This father was told he had only a few months left to live. Wanting to make the most of it, he wrote a bucket list of things to do before he died. On the top of that list was to watch his son play his season opener football game. Thankfully, he had a hospice nurse who made it happen.
A Terrible Prognosis
Scott Sullivan was diagnosed at the age of 50 with leptomeningeal carcinomatosis. (1) This is a rare and fatal type of brain cancer. (2) His doctors told him he had just a few months to live before he would have to move into a hospice. (1)
Jerree Humphrey is a registered nurse and case manager at the Hospice of Lake Cumberland in Somerset, Kentucky. The pair became close quickly, bonding over stories of their children who were around the same age and loved sports. (1)
“Whenever I go and do his visits, we’d always talk about the kids,” Humphrey said. “We got close quick, and he became my buddy.” (1)
The Bucket List
She had been Sullivan’s nurse for about a month already when he received the news. Knowing he didn’t have much time left, he wrote up a bucket list. The number-one item on the list was watching his son Cade play football at his season opener. This would be the last game he would ever watch his son play. (1)
17-year-old Cade had a season opener coming up on September 11 in Belfry. Unfortunately, this was a three-and-a-half-hour drive from the hospice each way. Sullivan asked Humphrey what she thought the chances were of him being able to go. (1)
“I thought if it was that far, about a seven or eight hours drive, it really wasn’t feasible, you know. So he kind of laughed and he said, ‘Do you have a helicopter in your backyard?’” (1)
She didn’t, but that got her thinking that perhaps she knew someone who might be able to help. She was certain that there must be someone in the community with the means and desire to help them out. (1)
Friends in High-Flying Places
Humphrey’s friend Kellie Baker was a manager at the local airport. She was certain that if anyone could help them it was Baker. She put in a call to her friend, who instantly got to work.
Baker connected them with Dr. Denny Brummet who owned a small plane that he kept at the airport. Upon hearing Sullivan’s story, Brummet was eager to be their chauffeur. (1)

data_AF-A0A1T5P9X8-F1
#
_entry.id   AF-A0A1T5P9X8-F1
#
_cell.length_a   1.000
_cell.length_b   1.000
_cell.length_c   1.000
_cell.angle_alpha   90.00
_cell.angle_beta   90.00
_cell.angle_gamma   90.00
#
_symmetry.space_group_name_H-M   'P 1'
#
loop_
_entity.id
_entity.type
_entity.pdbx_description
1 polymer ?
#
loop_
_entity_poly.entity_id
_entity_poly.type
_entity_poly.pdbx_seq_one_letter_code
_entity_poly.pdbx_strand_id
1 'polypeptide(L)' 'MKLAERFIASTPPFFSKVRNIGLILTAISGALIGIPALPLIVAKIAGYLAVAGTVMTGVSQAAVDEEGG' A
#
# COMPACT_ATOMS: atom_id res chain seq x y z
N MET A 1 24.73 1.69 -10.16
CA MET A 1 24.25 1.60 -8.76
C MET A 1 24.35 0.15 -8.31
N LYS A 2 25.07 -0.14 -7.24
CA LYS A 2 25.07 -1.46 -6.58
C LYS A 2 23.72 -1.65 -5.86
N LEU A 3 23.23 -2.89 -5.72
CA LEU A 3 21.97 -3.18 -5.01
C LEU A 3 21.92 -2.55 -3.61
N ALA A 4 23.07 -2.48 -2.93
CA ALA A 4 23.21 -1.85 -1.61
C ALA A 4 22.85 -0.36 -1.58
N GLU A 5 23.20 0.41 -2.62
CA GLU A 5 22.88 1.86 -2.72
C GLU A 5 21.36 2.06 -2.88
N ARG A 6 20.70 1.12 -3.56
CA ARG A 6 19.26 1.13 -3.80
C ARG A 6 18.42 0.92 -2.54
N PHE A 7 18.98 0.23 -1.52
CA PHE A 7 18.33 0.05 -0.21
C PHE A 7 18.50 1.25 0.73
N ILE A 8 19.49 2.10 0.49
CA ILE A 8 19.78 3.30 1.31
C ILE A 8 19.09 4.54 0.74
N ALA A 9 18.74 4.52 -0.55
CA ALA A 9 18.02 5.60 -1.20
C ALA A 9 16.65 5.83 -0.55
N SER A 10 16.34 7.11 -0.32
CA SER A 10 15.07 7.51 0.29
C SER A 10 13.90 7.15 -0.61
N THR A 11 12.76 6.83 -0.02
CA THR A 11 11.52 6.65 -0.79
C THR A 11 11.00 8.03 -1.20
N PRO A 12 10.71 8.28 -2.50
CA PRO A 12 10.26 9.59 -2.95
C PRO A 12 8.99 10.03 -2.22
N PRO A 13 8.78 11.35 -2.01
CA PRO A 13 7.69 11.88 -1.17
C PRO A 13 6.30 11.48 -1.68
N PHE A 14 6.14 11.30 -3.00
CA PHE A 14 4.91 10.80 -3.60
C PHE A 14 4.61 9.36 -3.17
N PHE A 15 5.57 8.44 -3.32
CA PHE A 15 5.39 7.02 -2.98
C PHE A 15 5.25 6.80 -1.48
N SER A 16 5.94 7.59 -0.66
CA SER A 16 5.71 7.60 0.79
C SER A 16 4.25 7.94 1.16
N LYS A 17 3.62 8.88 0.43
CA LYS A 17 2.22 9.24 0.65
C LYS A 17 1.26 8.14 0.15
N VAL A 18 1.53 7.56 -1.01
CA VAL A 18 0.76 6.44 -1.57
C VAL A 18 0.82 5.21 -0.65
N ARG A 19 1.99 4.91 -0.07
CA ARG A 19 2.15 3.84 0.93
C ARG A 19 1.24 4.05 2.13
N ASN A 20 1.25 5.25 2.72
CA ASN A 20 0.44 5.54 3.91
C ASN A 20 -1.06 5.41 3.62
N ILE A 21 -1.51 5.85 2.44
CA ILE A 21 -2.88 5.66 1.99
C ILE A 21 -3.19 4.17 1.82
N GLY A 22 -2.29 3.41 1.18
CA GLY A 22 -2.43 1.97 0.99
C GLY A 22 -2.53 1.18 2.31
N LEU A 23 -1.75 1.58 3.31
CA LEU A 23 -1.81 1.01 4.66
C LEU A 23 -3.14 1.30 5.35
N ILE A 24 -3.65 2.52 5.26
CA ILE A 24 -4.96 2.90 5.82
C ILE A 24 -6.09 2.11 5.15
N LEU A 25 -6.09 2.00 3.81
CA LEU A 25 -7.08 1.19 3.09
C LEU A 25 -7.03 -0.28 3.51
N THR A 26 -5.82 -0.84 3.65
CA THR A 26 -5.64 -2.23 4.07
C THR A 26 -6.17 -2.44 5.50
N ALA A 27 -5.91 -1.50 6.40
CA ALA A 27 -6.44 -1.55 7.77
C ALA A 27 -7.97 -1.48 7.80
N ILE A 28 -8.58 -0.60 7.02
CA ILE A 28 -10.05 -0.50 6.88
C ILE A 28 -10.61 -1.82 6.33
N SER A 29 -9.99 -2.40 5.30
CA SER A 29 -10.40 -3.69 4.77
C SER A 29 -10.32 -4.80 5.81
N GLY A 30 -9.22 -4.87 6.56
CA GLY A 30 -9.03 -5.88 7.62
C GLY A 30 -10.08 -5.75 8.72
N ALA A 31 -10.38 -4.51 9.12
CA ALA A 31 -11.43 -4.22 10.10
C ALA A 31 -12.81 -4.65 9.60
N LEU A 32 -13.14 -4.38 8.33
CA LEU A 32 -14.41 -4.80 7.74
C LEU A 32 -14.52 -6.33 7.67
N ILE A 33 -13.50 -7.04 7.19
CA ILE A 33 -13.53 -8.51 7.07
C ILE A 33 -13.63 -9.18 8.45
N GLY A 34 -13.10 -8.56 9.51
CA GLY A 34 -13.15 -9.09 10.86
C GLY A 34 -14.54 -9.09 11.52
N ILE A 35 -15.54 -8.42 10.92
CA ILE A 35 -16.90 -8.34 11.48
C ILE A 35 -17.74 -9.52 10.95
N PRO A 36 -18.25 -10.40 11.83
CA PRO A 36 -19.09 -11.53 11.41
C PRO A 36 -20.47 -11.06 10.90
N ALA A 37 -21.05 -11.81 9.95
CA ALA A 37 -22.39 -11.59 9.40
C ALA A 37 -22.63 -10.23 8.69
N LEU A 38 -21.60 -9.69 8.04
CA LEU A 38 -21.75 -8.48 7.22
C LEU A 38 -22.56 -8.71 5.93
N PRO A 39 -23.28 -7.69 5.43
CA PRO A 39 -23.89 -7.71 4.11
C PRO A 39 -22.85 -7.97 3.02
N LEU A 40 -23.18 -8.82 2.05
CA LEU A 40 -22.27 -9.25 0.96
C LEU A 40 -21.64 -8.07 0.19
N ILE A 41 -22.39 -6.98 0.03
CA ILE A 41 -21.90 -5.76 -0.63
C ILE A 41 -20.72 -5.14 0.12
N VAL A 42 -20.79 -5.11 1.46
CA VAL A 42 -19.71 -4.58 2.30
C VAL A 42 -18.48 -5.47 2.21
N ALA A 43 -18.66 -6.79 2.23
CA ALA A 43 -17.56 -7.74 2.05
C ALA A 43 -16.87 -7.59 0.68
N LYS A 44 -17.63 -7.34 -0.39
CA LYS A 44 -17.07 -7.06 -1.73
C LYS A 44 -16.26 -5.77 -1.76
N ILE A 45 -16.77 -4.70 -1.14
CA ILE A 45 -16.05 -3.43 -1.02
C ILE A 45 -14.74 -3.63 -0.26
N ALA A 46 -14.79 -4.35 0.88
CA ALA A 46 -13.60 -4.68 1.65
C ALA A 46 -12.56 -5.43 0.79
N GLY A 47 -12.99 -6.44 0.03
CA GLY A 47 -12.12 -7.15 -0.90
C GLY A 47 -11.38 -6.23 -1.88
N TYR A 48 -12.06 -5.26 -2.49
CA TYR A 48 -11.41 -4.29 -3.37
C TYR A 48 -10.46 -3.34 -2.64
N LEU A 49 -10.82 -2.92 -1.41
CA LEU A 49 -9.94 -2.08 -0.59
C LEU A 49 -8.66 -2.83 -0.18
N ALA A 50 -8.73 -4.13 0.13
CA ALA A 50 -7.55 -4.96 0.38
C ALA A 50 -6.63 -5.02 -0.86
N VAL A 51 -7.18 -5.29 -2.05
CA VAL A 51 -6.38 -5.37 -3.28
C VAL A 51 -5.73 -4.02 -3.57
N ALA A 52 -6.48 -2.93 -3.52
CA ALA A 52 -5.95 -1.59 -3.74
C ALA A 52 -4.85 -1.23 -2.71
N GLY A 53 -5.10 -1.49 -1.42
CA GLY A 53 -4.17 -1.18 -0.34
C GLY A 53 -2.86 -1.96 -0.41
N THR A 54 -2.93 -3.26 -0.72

“He was more than willing, he was so happy to take us and bring us back. He stayed and watched the game with us. It was just synchronized and he did a great job,” Humphrey said.
Brummet has been flying small aircraft since 1998 and is a part of AERObridge, a group that flies supplies to areas hit with natural disasters. (1)
“I was excited to do it, not only to help Scott, but just to get out of the house and go to a game for the first time since all of this quarantine began,” Brummett joked. (1)
Sullivan, of course, was ecstatic when he got the news that he had a ride to the game. He could hardly believe that his wish was actually coming true. (1)
“Everybody was praying for us — good weather and good health,” Humphrey said. “All the ladies at work, all the other nurses, they were excited. Everybody wanted him to be able to go.” (1)
Brummet and Sullivan ended up hitting it off and quickly became friends. Brummet lost his mother just one year prior, so he understood somewhat what the entire family was going through. (1)
Brummet also has kids of his own who play sports, so the two had a lot to talk about. They even exchanged numbers so that they could continue to chat via text after the game. (1)
“It’s kind of an odd situation because, people have asked me, well it made you feel really good, well it’s kind of weird,” Brummett said. “Because we kind of hit it off, so it’s meeting a friend for the first time and knowing that their life is just short. It’s a bad deal, I hate it for him.” (1)
The Perfect Day
On the day of the game, Humphrey, Sullivan, and Sullivan’s girlfriend Christi all got into Dr. Brummet’s plane. It was the perfect temperature and the most gorgeous day that could have hoped for. (1)
They sat far away from the other people attending the game in case Sullivan had a medical emergency. Thankfully, nothing went wrong and all enjoyed the game from start to finish. (1)
“That day, whenever we went, we came around the clubhouse at the football field, and his son run up that hill to give him a hug, I mean, it was just like the sweetest thing ever, you couldn’t help but cry,” Humphrey recalled. “They’re best buddies,” (1)
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